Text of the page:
The simulator allows students to manage highly complex networks where failure can be catastrophic. "As systems become more and more complex and the risks attached to their failure become potentially more serious, this simulation offers a fail-safe route to ensuring that all users are up-to-speed before they are ever put in control," he said.

Pattinson collects data on the tasks network administrators undertake when the system is running under normal conditions. When the simulator creates a failure, data is collected that show the steps taken by the students to resolve the problem.

Pattinson hopes to build up a record of activities network administrators always carry out on a network. This can then be used to benchmark how the students respond to a network failure. "We are looking to create a system to learn how a network manager should respond to any given event," he said.

A spin-off project at the university aims to evaluate effective network management by monitoring keystrokes. By collecting this data and playing it back, students can examine the steps they took to resolve a network issue and see where they could work more quickly.

For the past three years, students on the BSc course have had to undertake a timed test where they have just one hour to collect a set of data about the network.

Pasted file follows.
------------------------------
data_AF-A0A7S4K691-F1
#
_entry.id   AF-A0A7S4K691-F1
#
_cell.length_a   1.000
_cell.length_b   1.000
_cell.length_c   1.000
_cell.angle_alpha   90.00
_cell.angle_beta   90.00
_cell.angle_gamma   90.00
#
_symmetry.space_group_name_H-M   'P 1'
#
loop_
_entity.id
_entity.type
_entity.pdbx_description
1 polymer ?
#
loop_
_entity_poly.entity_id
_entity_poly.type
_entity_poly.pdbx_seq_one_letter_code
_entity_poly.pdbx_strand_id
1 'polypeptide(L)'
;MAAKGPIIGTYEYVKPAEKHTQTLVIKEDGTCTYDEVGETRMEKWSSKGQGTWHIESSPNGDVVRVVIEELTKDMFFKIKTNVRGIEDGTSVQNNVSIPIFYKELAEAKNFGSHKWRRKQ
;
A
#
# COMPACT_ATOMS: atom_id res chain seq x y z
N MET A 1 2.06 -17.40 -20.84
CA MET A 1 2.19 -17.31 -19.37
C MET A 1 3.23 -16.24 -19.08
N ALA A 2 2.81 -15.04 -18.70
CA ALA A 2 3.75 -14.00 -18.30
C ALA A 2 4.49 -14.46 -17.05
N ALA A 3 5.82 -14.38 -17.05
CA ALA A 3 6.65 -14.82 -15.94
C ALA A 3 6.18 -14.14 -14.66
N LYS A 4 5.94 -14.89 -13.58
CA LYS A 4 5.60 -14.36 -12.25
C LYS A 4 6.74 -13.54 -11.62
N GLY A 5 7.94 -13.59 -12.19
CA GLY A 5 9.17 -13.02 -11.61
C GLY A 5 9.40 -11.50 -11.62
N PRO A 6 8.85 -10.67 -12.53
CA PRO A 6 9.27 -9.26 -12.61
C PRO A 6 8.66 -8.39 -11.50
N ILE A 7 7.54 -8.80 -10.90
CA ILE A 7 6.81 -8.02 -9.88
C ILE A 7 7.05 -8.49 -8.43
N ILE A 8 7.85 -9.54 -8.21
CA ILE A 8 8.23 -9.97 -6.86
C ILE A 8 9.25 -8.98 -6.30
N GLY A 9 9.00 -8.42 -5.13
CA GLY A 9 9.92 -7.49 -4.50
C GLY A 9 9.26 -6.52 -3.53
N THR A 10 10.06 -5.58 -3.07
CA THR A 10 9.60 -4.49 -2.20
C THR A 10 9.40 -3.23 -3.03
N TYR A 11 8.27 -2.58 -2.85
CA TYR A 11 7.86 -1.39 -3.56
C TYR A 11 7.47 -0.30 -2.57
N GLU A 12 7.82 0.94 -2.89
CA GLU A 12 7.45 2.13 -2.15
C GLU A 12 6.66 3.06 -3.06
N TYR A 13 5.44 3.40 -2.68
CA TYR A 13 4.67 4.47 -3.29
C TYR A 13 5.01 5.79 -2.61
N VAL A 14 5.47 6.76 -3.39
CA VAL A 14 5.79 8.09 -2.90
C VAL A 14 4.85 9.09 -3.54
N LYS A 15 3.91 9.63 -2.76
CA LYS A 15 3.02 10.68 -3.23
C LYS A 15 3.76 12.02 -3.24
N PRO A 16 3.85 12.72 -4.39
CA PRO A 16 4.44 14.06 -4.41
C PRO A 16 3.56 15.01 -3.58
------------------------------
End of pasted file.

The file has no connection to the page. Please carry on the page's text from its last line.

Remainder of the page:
This simulator is based on a fixed network, but Pattinson expects mobile networks to present new and unique challenges.

CV: Colin Pattinson   

Colin Pattinson is principal lecturer in computing at Leeds Metropolitan University. Along with the network simulator he is overseeing several other research projects. One is a study of the data and information transfer requirements of computer integrated manufacturing networks.  

Pattinson believes there are significant gains to be made from treating networks as a resource to be managed. He aims to apply the tools and techniques of network performance management to this area. 

The other area being researched by the computer communications research team at Leeds Metropolitan University is quality of service issues in multimedia applications.

What is BTI?     

British Trade International is a government organisation established to support the UK's trade and investment strategy. It brings together the work of the Foreign and Commonwealth Office and the Department of Trade & Industry on trade development and promotion of inward investment in the UK. BTI's two operating units are Trade Partners UK, which aims to help companies trading overseas and Invest UK, which aims to promote the UK as a worthwhile location for inward investment. 

www.tradepartners.gov.uk  

www.invest.uk.com

Getting wired: tell us the future     

Research work being undertaken at universities today will change the way we use IT. Computer Weekly is on a mission to showcase their cutting-edge IT research.  

Each week we will feature innovation in the field of IT, giving a glimpse of how technology will evolve in the coming years. If you think you might have made a made a breakthrough in the field of technology, e-mail  cliff.saran@rbi.co.uk


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This was first published in September 2003